The Galaxian conversion for the ColecoVision was first released in 1984 by Atarisoft, and it is a decent port of the classic 1979 arcade game from Namco. A secret message in the game credits James D. Eisenstein for writing the graphics and program (he also dedicates the game to his then wife/girlfriend, Jeneane).
Return to Castle Wolfenstein is a re-imagining of id Software‘s classic Wolfenstein 3D, developed by Gray Matter Studios and first published by Activision in 2001. It uses the id Tech 3 engine (as created for Quake III) and has a single-player campaign, as well as a multiplayer component where players are split into Allies and Axis.
Duke Nukem Forever is the long-awaited sequel to Duke Nukem 3D that was in “development hell” for over a decade and was finally released in 2011. It was developed by 3D Realms and Gearbox Software (with contributions from Triptych Games and Piranha Games) and published by Take-Two Interactive. The game is a first-person shooter that satirises all-American action heroes, with over-the-top weapons, giant explosions, and puerile humour. Jon St. John once again returns to voice Duke himself.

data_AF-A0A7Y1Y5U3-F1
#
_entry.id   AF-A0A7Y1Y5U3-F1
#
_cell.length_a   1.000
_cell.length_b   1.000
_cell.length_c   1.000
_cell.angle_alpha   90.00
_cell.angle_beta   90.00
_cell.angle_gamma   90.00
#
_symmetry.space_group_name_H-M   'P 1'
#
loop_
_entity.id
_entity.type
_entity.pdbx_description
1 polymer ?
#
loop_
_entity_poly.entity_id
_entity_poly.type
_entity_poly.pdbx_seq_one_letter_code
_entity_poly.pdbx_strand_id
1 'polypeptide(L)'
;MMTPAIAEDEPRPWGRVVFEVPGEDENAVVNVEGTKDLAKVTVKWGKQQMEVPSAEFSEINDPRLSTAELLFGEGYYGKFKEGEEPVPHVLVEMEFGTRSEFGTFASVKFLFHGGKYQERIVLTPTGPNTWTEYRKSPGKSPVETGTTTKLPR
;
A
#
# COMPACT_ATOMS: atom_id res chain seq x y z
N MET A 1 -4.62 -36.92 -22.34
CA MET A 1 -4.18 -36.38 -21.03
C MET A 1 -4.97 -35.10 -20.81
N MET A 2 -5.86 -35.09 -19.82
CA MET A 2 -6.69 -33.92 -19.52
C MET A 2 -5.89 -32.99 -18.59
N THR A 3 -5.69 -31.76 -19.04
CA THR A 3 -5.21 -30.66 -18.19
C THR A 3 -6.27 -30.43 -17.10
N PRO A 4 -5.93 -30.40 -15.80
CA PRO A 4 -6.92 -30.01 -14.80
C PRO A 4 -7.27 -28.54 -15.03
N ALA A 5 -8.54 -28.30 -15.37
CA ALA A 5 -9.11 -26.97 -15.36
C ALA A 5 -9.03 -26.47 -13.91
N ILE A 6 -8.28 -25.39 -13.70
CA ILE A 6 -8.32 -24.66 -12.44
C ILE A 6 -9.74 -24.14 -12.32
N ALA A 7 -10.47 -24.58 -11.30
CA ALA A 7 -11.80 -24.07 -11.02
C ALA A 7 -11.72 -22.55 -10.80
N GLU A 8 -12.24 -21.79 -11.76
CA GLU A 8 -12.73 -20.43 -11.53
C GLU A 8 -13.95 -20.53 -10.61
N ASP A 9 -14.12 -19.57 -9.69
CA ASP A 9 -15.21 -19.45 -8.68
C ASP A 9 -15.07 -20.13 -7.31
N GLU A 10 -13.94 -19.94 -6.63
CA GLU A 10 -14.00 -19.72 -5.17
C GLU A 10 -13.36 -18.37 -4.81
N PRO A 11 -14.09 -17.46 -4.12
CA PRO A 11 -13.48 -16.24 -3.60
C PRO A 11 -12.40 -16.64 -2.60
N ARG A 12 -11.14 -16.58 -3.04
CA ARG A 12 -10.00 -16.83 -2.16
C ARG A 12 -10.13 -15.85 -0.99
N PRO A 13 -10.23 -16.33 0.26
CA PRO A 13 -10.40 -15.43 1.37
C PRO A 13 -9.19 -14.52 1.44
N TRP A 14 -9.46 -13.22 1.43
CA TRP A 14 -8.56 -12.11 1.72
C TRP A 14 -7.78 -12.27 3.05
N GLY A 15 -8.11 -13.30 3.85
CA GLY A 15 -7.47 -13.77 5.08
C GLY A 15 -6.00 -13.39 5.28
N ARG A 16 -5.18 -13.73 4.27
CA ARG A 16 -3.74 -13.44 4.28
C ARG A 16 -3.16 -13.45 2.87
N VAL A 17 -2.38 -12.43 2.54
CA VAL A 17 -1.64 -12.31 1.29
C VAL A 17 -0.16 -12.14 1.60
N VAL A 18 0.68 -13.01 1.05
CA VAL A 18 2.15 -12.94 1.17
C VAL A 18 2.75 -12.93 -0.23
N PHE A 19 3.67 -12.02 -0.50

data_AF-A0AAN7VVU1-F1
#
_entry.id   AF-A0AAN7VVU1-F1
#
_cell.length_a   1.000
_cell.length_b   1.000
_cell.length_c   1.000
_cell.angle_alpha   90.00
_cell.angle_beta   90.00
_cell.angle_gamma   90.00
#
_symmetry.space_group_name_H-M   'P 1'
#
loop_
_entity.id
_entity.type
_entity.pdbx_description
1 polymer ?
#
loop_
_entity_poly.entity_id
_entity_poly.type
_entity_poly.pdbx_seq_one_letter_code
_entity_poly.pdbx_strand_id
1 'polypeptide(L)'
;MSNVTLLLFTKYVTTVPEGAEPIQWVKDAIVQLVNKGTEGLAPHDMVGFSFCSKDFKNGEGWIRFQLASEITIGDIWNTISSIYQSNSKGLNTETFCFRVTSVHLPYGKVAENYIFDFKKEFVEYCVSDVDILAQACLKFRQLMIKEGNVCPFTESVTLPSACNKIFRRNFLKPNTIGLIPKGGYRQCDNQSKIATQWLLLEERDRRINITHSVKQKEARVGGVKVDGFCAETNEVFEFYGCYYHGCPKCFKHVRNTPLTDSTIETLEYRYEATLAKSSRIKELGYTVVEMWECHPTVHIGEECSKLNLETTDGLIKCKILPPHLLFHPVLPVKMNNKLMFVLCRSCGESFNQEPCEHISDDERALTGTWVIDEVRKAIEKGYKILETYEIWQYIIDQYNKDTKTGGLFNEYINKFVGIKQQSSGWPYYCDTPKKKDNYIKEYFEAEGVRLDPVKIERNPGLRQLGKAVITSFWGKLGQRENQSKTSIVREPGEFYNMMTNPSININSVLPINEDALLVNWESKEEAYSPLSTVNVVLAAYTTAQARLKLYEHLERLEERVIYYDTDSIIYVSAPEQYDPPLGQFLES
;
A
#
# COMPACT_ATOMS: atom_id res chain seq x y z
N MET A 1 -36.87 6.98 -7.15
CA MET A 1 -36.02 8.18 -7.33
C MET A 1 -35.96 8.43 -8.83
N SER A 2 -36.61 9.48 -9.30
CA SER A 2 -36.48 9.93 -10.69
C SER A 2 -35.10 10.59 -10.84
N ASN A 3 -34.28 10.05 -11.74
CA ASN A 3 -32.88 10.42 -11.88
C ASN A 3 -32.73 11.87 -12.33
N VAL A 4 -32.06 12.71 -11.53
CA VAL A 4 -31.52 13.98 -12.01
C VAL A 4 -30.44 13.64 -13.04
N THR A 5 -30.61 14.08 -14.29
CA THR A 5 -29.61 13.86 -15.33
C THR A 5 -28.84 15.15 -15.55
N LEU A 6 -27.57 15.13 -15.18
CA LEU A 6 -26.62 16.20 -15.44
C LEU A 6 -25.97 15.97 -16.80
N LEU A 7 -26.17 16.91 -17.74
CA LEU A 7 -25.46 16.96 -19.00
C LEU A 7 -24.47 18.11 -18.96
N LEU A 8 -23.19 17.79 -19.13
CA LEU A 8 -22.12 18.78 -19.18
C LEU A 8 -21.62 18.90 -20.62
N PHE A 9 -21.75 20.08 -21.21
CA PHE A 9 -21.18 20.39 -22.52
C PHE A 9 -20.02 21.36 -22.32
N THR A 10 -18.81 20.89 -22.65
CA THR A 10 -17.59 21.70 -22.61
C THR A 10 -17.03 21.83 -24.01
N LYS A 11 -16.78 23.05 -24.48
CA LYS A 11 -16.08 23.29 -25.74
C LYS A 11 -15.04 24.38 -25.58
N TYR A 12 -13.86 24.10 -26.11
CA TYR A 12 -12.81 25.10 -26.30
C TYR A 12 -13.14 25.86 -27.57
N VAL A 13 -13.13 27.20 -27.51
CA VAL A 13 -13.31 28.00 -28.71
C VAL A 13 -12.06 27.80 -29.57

Duke Nukem 3D is an infamous first-person shooter, developed and published by 3D Realms in 1996. It is the sequel to the platform games Duke Nukem and Duke Nukem II, which were released in 1991 and 1993 respectively, and it is arguably the biggest-selling and most popular game in the Duke Nukem series.
The first Duke Nukem game is a simple side-scrolling platform shooter, developed and published for PC MS-DOS by Apogee Software in 1991.
Eye of the Beholder II: The Legend of Darkmoon was once again developed by Westwood Studios (aka Westwood Associates) and first published by Strategic Simulations, Inc. in 1992. It is the sequel to the classic Eye of the Beholder, which came out the previous year.
The Sega CD conversion of Westwood Studios‘ classic Eye of the Beholder was developed by Sega of Japan and published by FCI/Pony Canyon in 1994, and it is a surprisingly excellent port of this great game, with unique enhancements that even improve the game over the Amiga and PC originals.
The Super Nintendo port of the classic RPG, Eye of the Beholder, was developed by Westwood Studios and published by Capcom in 1994. And it’s a bit of a messy conversion, the truth be told.